We are a commune of inquiring, skeptical, politically centrist, capitalist, anglophile, traditionalist New England Yankee humans, humanoids, and animals with many interests beyond and above politics. Each of us has had a high-school education (or GED), but all had ADD so didn't pay attention very well, especially the dogs. Each one of us does "try my best to be just like I am," and none of us enjoys working for others, including for Maggie, from whom we receive neither a nickel nor a dime. Freedom from nags, cranks, government, do-gooders, control-freaks and idiots is all that we ask for.
Shipping by ships, that is. I have a pal whose dad was a sea captain. Those guys certainly lead interesting, useful, and colorful lives. Long trips. Women or wives in every port.
A kid of a friend went to the US Merchant Marine Academy, which is in NYC. It is a demanding program and it is difficult to gain admission. An excellent goal for a kid who doesn't want to live in a cubicle and who is interested in mechanics, leadership, and can handle some math. Not unlike the Naval Academy, really, without the guns.
This post, From Breakbulk To The Container, will take some of your time because the amazing vintage videos will captivate. I had not realized that there were steel sailing ships at the NYC docks into the 1930s. Wonderful.
Admiralty lawyer here.
The Merchant Marine Academy (called "Kings Point") is actually not in NYC, but on the north shore of Long Island.
Not sure that it is that difficult to get into, but it is a service academy with the attendant complications.
Not sure that it is a great career choice. Granted, the education is free. (Service academy- Naval Reserves). But, as a practical matter, the US merchant marine is pretty small these days. As I understand it, no one hires US officers or crew unless they have to- Too expensive. (Under the Jones Act, US coastal trade has to be in US-flagged ships, e.g., oil tankers carrying Alaskan crude to Texas refineries).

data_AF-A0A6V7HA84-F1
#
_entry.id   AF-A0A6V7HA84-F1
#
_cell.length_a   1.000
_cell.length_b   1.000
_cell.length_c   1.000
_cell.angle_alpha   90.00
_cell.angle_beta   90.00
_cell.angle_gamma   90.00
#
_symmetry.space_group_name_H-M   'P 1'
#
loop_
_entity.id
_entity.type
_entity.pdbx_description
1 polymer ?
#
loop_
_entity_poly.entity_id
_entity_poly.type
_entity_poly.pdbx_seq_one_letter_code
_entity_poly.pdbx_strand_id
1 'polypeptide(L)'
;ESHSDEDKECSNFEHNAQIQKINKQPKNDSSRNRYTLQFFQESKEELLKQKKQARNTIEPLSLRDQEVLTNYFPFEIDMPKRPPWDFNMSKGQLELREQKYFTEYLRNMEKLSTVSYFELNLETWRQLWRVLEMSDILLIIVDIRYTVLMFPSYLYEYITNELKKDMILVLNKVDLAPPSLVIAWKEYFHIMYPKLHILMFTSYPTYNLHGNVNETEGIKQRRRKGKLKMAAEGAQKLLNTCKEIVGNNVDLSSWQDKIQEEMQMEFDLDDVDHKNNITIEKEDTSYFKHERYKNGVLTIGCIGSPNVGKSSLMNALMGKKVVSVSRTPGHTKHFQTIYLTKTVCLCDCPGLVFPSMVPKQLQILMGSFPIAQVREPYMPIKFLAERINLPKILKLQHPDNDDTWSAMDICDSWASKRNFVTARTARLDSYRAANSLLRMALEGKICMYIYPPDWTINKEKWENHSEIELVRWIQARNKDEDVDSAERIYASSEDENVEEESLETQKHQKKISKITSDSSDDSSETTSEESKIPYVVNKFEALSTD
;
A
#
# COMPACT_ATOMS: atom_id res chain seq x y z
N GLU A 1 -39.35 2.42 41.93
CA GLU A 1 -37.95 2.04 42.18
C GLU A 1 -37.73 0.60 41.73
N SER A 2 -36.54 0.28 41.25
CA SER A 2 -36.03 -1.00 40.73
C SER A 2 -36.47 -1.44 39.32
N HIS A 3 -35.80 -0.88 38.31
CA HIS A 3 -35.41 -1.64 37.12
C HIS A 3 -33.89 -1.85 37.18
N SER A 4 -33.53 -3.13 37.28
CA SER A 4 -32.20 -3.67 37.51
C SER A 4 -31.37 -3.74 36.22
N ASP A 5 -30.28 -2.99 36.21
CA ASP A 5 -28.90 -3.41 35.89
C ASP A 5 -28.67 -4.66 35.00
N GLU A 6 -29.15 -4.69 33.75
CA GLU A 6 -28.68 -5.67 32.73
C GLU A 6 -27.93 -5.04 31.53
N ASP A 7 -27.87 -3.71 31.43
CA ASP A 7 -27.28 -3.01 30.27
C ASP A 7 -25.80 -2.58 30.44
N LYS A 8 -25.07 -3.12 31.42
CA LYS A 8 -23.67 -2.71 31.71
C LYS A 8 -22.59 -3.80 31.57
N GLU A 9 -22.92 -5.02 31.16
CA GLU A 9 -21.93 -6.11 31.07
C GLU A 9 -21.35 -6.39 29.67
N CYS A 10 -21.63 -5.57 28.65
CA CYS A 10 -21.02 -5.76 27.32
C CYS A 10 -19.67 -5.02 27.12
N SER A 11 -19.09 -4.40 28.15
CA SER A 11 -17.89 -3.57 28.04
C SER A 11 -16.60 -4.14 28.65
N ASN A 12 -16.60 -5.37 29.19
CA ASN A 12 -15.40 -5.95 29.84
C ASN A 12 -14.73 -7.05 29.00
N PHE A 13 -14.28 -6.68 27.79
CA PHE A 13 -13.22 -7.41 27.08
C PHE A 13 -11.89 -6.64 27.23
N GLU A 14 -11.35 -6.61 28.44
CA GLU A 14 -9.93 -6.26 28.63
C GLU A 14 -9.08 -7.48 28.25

Yes, it is in Kings Point, outside Great Neck. I believe it was the old Chrysler estate and the legend I heard they gave it up after the Throgs Neck bridge spoiled their view of their building in Manhattan.
I assume the SUNY Maritime, Cal Maritime, Mass Maritime and Texas AM Maritime still turn out mates and engineers. These days, go for the the engineer program as there are lots of shore jobs that need operating engineers, buildings, power plants, etc., after you decide to settle down.
Sailing isn't as romantic anymore as turnarounds in port are sometimes hours where in the distant past it might be a week or more in an exotic port. I knew an engineer once who told of working a tug on a long haul to New Zealand or some place. Slow going with the tow, a month or more. The third time the same container ship passed them on their high speed run, the mate on container ship called and asked if they needed help. Theirs quite a difference between covering a distance at 25-30 kts and 3 kts.
There is a great video of 1920's sailing ships where a Iowa farm boy somehow had a camera and took pictures aboard a German sailing ship rounding the horn. In one scene a sailor was blown off the rigging but held onto a line and was literally flapping in the wind before he was able to get his footing again. They built elevated boardwalks above the deck because the decks were awash from the waves.
I think that movie was made by Irving Johnson aboard the Peking, one of the last square riggers rounding the horn. I saw him show it as part of a program at Orange Coast college in about 1980. His famous cruises with college age kids were something I still envy. His boat was called The Brigantine Yankee and made a circumnavigation every three years with a volunteer crew of young people.